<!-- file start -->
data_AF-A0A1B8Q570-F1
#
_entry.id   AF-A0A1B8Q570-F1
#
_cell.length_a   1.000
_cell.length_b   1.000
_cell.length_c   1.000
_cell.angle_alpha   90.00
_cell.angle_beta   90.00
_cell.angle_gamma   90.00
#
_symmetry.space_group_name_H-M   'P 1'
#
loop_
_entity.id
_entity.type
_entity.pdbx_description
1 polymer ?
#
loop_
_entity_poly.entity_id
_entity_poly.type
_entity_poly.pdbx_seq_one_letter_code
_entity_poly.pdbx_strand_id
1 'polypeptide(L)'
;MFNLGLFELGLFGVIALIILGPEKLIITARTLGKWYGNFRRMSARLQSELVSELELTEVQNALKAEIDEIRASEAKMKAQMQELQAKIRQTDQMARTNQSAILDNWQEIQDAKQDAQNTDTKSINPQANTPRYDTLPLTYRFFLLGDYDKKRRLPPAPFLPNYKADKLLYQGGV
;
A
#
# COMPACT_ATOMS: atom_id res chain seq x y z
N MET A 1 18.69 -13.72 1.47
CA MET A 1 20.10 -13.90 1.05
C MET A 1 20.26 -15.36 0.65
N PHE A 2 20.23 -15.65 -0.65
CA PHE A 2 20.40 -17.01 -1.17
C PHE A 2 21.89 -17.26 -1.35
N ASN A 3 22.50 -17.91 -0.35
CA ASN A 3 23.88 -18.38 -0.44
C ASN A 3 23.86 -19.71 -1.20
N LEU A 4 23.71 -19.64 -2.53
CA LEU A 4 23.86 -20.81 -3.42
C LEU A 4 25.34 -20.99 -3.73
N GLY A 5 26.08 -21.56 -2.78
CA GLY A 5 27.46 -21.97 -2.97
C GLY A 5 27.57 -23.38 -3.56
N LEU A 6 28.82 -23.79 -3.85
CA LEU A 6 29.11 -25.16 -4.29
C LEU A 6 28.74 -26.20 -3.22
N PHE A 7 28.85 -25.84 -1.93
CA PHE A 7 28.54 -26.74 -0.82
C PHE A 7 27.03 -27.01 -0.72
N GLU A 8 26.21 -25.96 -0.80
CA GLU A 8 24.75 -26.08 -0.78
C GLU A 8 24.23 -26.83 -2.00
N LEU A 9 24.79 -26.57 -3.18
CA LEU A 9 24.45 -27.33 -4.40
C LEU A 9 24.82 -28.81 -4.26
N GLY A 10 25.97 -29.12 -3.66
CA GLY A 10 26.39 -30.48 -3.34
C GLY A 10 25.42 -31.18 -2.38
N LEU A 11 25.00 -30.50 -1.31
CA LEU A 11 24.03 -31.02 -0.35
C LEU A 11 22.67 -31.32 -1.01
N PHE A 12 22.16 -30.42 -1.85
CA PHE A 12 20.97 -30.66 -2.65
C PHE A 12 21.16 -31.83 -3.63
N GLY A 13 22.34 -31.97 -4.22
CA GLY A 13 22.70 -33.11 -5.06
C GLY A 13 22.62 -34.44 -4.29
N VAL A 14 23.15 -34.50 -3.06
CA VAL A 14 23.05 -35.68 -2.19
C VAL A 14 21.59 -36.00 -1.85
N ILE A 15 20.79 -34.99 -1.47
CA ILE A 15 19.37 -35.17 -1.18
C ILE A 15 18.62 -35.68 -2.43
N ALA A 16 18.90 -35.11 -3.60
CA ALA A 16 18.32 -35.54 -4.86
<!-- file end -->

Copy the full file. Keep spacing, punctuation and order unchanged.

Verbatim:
data_AF-A0A1B8Q570-F1
#
_entry.id   AF-A0A1B8Q570-F1
#
_cell.length_a   1.000
_cell.length_b   1.000
_cell.length_c   1.000
_cell.angle_alpha   90.00
_cell.angle_beta   90.00
_cell.angle_gamma   90.00
#
_symmetry.space_group_name_H-M   'P 1'
#
loop_
_entity.id
_entity.type
_entity.pdbx_description
1 polymer ?
#
loop_
_entity_poly.entity_id
_entity_poly.type
_entity_poly.pdbx_seq_one_letter_code
_entity_poly.pdbx_strand_id
1 'polypeptide(L)'
;MFNLGLFELGLFGVIALIILGPEKLIITARTLGKWYGNFRRMSARLQSELVSELELTEVQNALKAEIDEIRASEAKMKAQMQELQAKIRQTDQMARTNQSAILDNWQEIQDAKQDAQNTDTKSINPQANTPRYDTLPLTYRFFLLGDYDKKRRLPPAPFLPNYKADKLLYQGGV
;
A
#
# COMPACT_ATOMS: atom_id res chain seq x y z
N MET A 1 18.69 -13.72 1.47
CA MET A 1 20.10 -13.90 1.05
C MET A 1 20.26 -15.36 0.65
N PHE A 2 20.23 -15.65 -0.65
CA PHE A 2 20.40 -17.01 -1.17
C PHE A 2 21.89 -17.26 -1.35
N ASN A 3 22.50 -17.91 -0.35
CA ASN A 3 23.88 -18.38 -0.44
C ASN A 3 23.86 -19.71 -1.20
N LEU A 4 23.71 -19.64 -2.53
CA LEU A 4 23.86 -20.81 -3.42
C LEU A 4 25.34 -20.99 -3.73
N GLY A 5 26.08 -21.56 -2.78
CA GLY A 5 27.46 -21.97 -2.97
C GLY A 5 27.57 -23.38 -3.56
N LEU A 6 28.82 -23.79 -3.85
CA LEU A 6 29.11 -25.16 -4.29
C LEU A 6 28.74 -26.20 -3.22
N PHE A 7 28.85 -25.84 -1.93
CA PHE A 7 28.54 -26.74 -0.82
C PHE A 7 27.03 -27.01 -0.72
N GLU A 8 26.21 -25.96 -0.80
CA GLU A 8 24.75 -26.08 -0.78
C GLU A 8 24.23 -26.83 -2.00
N LEU A 9 24.79 -26.57 -3.18
CA LEU A 9 24.45 -27.33 -4.40
C LEU A 9 24.82 -28.81 -4.26
N GLY A 10 25.97 -29.12 -3.66
CA GLY A 10 26.39 -30.48 -3.34
C GLY A 10 25.42 -31.18 -2.38
N LEU A 11 25.00 -30.50 -1.31
CA LEU A 11 24.03 -31.02 -0.35
C LEU A 11 22.67 -31.32 -1.01
N PHE A 12 22.16 -30.42 -1.85
CA PHE A 12 20.97 -30.66 -2.65
C PHE A 12 21.16 -31.83 -3.63
N GLY A 13 22.34 -31.97 -4.22
CA GLY A 13 22.70 -33.11 -5.06
C GLY A 13 22.62 -34.44 -4.29
N VAL A 14 23.15 -34.50 -3.06
CA VAL A 14 23.05 -35.68 -2.19
C VAL A 14 21.59 -36.00 -1.85
N ILE A 15 20.79 -34.99 -1.47
CA ILE A 15 19.37 -35.17 -1.18
C ILE A 15 18.62 -35.68 -2.43
N ALA A 16 18.90 -35.11 -3.60
CA ALA A 16 18.32 -35.54 -4.86